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New at the National Zoo: Live, hot salamanders. But no sex (yet).

A Japanese ambassador, elementary school students and zoo officials welcome the amphibians to Washington.

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By Dan Zak
Washington Post Staff Writer
Friday, July 23, 2010

Okay, time for some live lizard sex. Er, live amphibian sex.

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The National Zoo unveiled its new breeding center for Japanese giant salamanders Thursday morning, and inside is some hot, steamy -- wait. They're in separate tanks? They're several years away from sexual maturity? Good thing the zoo's free.

Even if they were of age and unquarantined, it doesn't look as if the salamanders would be in the mood. One in particular acted stoned. It lolled around its tank, occasionally kicking one of its stunted limbs, smacking its flat, wide head directly into the acrylic wall, then floating backward, stunned or completely careless.

An animal keeper named Barbara lowered a freshwater smelt into the tank with a long pair of tongs. She dangled the snack in front of the salamander.

The salamander was nonplused.

Barbara tapped its face with the smelt. Look, food.

The salamander squiggled, unamused, although it's hard to read an animal's face when it does not appear to have one. With its beady eyes, ungainly body and sewage-colored skin, it looks like an evolutionary error. Yet it has survived for eons -- outlasting dinosaurs, empires, "Larry King Live" -- and now finds itself on the brink of endangerment and, therefore, in a sparsely furnished tank in the Reptile Discovery Center of the National Zoo, which plans to be the first facility to breed the boogers outside Japan.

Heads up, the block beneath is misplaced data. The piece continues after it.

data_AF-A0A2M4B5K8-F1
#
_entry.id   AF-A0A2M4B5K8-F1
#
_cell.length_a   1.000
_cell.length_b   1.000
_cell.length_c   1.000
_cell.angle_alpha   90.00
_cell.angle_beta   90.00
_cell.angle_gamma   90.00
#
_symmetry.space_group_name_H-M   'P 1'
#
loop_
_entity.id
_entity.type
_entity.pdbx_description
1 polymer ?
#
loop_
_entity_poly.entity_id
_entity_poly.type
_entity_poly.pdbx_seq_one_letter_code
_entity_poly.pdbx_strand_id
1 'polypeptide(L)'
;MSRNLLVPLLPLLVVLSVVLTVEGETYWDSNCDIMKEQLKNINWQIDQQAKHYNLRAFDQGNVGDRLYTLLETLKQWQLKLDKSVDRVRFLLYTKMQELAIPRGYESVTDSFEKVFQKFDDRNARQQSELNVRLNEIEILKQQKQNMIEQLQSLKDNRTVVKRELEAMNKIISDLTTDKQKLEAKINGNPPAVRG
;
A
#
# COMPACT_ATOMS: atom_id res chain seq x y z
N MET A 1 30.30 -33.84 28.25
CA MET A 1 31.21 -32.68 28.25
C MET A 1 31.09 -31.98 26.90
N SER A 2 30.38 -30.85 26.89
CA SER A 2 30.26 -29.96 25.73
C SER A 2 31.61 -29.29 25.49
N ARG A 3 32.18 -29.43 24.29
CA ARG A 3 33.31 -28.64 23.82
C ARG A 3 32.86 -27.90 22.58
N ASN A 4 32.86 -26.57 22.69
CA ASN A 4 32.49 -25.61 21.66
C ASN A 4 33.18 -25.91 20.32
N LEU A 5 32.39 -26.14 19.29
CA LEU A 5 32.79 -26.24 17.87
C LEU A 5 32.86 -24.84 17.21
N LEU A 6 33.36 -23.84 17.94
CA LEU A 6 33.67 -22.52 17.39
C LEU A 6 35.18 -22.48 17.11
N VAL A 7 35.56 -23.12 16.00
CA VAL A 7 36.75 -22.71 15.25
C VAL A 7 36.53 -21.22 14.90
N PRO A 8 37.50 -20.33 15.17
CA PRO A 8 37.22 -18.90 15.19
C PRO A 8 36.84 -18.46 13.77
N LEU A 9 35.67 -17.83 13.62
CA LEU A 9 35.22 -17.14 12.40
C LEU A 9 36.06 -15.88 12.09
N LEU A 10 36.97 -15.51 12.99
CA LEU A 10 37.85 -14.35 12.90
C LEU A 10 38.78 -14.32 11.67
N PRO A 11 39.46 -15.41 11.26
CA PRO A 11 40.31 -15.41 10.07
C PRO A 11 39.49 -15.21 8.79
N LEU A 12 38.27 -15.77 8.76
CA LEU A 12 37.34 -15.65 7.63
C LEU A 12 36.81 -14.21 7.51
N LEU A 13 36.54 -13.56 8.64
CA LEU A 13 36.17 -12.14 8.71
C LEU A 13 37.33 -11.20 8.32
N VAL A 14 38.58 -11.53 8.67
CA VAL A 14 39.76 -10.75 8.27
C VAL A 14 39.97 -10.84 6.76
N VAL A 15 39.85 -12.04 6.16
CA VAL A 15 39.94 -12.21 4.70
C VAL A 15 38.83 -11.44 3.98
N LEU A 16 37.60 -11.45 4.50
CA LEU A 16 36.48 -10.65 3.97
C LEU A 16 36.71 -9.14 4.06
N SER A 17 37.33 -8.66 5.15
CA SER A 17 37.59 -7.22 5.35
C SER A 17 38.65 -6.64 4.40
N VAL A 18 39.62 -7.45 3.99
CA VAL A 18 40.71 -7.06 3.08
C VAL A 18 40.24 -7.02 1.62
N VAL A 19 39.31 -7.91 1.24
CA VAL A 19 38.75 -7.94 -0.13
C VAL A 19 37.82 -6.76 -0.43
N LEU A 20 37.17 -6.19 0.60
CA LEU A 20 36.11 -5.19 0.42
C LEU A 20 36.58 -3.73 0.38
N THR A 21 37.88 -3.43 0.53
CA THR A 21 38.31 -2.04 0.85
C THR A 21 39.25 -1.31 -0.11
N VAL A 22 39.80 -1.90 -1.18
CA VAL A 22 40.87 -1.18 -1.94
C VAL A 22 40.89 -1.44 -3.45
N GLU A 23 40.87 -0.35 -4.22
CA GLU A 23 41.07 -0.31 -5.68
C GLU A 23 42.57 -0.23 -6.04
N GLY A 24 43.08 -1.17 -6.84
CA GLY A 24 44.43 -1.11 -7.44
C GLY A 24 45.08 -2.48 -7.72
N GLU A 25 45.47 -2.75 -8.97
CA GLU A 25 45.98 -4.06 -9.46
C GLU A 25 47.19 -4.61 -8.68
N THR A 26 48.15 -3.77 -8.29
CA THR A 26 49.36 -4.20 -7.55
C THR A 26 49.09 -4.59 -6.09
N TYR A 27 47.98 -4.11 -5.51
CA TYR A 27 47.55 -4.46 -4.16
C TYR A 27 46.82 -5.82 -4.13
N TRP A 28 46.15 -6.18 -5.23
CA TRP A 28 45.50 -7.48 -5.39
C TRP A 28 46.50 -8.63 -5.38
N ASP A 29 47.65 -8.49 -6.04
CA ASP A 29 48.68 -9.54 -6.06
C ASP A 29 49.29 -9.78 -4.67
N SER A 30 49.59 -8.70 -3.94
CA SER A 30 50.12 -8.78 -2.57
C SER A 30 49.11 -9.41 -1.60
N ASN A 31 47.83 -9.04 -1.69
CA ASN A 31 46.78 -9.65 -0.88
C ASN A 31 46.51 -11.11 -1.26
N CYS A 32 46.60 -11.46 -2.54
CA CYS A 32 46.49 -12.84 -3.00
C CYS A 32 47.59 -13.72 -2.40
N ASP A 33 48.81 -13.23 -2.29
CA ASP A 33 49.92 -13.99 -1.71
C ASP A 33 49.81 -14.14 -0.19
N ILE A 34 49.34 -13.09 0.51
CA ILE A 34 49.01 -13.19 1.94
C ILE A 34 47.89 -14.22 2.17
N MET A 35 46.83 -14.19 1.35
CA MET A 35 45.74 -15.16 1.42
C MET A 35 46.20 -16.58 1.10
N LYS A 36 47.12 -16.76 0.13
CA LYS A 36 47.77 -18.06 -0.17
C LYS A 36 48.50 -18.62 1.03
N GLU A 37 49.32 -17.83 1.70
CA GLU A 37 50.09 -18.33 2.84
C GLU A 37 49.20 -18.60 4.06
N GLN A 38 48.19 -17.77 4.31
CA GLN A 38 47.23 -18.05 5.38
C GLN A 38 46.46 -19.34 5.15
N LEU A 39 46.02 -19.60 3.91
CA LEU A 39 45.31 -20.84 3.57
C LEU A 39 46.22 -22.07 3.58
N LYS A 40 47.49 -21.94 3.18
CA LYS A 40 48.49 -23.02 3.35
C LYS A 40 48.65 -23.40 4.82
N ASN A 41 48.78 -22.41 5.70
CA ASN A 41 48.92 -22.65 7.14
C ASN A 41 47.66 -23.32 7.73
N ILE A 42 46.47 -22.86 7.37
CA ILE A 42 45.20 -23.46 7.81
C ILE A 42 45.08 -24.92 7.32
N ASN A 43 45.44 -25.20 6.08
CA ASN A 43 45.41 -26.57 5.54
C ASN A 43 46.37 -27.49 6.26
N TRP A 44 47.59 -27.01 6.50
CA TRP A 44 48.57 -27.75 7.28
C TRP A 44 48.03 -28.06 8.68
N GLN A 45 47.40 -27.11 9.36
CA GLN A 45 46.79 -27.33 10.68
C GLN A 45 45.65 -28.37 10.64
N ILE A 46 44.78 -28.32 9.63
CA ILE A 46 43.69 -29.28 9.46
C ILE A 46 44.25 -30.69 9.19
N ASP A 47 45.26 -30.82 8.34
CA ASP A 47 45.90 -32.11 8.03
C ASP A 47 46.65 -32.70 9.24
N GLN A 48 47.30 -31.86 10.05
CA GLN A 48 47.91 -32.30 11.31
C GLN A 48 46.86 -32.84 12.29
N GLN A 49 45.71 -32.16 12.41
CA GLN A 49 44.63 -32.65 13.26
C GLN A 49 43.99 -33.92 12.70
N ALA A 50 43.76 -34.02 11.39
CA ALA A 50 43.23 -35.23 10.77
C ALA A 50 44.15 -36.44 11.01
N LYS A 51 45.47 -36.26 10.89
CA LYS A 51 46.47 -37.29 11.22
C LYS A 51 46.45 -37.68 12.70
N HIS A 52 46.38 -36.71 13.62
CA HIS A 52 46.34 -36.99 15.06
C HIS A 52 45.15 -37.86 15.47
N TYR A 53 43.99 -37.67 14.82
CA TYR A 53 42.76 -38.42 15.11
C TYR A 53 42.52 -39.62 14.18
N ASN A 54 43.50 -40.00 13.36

Surely it must be easier to breed giant salamanders than giant pandas, right? Or do salamanders need to be roofied and artificially inseminated?

"We don't know how easy it will be because we haven't tried yet," said Ed Bronikowski, senior curator for the zoo. "We'll find out, I guess."

Bronikowski was one of many officials who praised the lugubrious amphibian Thursday, as the zoo displayed a quartet of salamanders given by the Asa Zoological Park in Hiroshima. The media were there. The Japanese ambassador to the United States was there. Children from Great Falls Elementary School were there with Crayola drawings of salamanders. There was a sushi spread in front of the nearby king cobra exhibit.

"An awe-inspiring and cool animal that represents hope," said Dennis W. Kelly, director of the zoo.

"It's a very special animal," Ambassador Ichiro Fujisaki concurred.


CONTINUED     1        >

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